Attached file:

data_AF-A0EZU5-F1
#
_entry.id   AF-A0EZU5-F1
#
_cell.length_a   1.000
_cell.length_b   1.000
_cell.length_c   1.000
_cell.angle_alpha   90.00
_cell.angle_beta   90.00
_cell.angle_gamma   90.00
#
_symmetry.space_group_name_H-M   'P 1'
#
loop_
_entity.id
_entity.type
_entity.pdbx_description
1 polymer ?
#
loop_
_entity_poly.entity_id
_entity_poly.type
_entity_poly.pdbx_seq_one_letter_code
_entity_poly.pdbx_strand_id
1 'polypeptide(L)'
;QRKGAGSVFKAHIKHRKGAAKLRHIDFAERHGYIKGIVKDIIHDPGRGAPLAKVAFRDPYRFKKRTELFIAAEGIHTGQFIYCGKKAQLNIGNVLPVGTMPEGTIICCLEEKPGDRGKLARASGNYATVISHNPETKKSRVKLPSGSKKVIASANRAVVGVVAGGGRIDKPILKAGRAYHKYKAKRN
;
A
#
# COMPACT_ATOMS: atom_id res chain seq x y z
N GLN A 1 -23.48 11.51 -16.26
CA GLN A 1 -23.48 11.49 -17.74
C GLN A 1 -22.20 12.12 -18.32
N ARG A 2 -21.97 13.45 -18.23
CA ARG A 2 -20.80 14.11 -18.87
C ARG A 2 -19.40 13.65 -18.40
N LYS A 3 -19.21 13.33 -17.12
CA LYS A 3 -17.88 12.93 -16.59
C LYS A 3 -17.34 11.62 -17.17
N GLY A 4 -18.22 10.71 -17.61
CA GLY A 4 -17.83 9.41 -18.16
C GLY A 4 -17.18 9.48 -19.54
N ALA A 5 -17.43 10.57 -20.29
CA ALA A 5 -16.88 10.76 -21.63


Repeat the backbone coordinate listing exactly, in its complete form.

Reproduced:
data_AF-A0EZU5-F1
#
_entry.id   AF-A0EZU5-F1
#
_cell.length_a   1.000
_cell.length_b   1.000
_cell.length_c   1.000
_cell.angle_alpha   90.00
_cell.angle_beta   90.00
_cell.angle_gamma   90.00
#
_symmetry.space_group_name_H-M   'P 1'
#
loop_
_entity.id
_entity.type
_entity.pdbx_description
1 polymer ?
#
loop_
_entity_poly.entity_id
_entity_poly.type
_entity_poly.pdbx_seq_one_letter_code
_entity_poly.pdbx_strand_id
1 'polypeptide(L)'
;QRKGAGSVFKAHIKHRKGAAKLRHIDFAERHGYIKGIVKDIIHDPGRGAPLAKVAFRDPYRFKKRTELFIAAEGIHTGQFIYCGKKAQLNIGNVLPVGTMPEGTIICCLEEKPGDRGKLARASGNYATVISHNPETKKSRVKLPSGSKKVIASANRAVVGVVAGGGRIDKPILKAGRAYHKYKAKRN
;
A
#
# COMPACT_ATOMS: atom_id res chain seq x y z
N GLN A 1 -23.48 11.51 -16.26
CA GLN A 1 -23.48 11.49 -17.74
C GLN A 1 -22.20 12.12 -18.32
N ARG A 2 -21.97 13.45 -18.23
CA ARG A 2 -20.80 14.11 -18.87
C ARG A 2 -19.40 13.65 -18.40
N LYS A 3 -19.21 13.33 -17.12
CA LYS A 3 -17.88 12.93 -16.59
C LYS A 3 -17.34 11.62 -17.17
N GLY A 4 -18.22 10.71 -17.61
CA GLY A 4 -17.83 9.41 -18.16
C GLY A 4 -17.18 9.48 -19.54
N ALA A 5 -17.43 10.57 -20.29
CA ALA A 5 -16.88 10.76 -21.63